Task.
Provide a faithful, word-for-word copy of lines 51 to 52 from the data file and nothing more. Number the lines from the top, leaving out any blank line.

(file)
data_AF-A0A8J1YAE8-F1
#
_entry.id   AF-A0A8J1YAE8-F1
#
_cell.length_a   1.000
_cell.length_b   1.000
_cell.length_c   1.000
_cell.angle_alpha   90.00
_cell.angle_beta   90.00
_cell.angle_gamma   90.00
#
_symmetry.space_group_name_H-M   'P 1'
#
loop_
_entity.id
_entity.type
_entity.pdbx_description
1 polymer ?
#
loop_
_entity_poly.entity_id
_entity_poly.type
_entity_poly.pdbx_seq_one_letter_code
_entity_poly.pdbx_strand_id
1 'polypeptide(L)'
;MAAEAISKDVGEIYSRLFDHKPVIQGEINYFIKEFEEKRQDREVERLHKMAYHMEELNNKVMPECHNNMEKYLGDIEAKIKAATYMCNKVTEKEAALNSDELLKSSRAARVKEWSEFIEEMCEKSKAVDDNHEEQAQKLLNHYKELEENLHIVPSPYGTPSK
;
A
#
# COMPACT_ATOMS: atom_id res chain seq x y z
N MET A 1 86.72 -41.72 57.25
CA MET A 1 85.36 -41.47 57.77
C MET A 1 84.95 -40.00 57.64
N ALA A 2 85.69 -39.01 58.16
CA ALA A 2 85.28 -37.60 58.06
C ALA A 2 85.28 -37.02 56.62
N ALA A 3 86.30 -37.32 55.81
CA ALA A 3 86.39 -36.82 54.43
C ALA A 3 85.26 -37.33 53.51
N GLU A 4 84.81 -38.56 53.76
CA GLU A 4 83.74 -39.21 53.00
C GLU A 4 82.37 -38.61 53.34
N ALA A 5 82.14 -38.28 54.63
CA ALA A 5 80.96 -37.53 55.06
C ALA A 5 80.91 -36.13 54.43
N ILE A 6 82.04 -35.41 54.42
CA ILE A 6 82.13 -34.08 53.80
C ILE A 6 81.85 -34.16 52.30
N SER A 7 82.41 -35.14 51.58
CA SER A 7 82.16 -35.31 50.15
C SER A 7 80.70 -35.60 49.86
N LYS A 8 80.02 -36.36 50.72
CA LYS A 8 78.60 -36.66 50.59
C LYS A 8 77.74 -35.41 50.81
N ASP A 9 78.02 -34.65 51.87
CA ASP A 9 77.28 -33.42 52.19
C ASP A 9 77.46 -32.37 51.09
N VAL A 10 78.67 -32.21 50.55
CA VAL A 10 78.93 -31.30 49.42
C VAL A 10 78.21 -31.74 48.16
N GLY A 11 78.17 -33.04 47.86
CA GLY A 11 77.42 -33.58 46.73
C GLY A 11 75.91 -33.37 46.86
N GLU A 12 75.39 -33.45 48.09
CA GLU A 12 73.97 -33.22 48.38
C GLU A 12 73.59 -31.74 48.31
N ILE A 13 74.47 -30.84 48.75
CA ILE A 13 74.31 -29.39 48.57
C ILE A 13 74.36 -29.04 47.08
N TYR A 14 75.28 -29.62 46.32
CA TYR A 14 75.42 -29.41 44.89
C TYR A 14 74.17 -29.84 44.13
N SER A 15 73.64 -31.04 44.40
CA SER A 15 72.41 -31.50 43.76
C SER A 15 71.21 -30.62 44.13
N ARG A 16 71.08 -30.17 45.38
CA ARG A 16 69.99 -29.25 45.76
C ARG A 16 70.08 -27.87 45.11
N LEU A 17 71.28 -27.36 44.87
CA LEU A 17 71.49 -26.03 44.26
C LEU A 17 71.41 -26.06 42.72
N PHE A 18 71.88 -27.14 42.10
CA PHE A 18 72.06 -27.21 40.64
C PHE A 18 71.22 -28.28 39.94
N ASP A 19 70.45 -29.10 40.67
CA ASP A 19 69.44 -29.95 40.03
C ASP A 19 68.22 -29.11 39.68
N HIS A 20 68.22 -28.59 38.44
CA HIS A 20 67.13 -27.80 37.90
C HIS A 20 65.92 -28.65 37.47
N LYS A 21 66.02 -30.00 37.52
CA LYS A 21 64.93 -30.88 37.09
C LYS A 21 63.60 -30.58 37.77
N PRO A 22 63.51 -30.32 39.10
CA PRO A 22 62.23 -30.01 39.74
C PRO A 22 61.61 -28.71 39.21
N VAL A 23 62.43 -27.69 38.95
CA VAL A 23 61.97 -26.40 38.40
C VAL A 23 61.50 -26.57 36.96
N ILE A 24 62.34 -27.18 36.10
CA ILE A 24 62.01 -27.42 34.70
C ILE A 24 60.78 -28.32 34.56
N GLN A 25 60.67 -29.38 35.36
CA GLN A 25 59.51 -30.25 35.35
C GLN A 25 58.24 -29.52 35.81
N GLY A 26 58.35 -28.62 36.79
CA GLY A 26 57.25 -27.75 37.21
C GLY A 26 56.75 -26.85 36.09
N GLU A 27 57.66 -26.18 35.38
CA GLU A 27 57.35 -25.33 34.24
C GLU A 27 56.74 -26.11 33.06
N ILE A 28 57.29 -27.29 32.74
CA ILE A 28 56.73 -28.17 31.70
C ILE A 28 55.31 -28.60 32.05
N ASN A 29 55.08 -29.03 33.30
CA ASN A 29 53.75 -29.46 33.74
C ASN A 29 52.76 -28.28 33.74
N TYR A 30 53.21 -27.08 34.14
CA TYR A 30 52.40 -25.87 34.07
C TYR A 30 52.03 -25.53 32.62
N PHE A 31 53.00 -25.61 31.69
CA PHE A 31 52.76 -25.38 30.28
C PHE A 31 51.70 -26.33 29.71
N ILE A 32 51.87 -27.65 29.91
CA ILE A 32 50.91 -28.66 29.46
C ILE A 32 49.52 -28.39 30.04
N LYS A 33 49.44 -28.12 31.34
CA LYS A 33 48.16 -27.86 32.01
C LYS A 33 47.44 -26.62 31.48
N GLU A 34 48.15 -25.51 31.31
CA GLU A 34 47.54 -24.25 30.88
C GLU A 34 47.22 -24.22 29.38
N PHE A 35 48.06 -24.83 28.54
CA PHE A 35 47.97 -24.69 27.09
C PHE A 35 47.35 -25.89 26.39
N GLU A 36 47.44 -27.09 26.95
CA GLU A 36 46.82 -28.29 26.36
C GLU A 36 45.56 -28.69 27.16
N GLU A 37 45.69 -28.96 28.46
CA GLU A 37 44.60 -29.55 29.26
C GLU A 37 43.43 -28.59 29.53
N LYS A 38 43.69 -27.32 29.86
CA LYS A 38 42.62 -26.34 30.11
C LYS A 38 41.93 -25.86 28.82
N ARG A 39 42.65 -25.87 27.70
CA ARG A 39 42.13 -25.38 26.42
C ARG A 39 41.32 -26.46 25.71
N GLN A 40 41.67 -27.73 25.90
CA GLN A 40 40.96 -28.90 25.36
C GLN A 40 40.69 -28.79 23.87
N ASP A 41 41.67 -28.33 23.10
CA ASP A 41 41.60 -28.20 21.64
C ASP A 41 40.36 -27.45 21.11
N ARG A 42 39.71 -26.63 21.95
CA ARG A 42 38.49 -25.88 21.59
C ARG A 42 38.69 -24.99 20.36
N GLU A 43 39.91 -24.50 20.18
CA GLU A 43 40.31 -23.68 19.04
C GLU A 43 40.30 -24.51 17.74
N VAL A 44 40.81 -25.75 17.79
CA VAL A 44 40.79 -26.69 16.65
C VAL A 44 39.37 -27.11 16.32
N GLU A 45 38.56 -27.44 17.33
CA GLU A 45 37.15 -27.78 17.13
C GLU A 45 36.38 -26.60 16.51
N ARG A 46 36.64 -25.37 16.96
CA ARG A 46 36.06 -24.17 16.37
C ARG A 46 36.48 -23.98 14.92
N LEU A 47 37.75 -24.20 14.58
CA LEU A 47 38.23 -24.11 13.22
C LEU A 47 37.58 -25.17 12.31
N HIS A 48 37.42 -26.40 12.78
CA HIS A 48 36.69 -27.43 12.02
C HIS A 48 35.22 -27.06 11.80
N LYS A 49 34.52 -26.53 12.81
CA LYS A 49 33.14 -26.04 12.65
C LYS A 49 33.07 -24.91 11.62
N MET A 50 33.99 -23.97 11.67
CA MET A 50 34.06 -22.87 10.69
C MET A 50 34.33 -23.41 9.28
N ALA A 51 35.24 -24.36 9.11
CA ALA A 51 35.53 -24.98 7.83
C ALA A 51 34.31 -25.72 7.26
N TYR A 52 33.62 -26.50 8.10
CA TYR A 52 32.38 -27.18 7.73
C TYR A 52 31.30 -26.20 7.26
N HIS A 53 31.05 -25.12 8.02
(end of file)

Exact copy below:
C SER A 7 80.70 -35.60 49.86
N LYS A 8 80.02 -36.36 50.72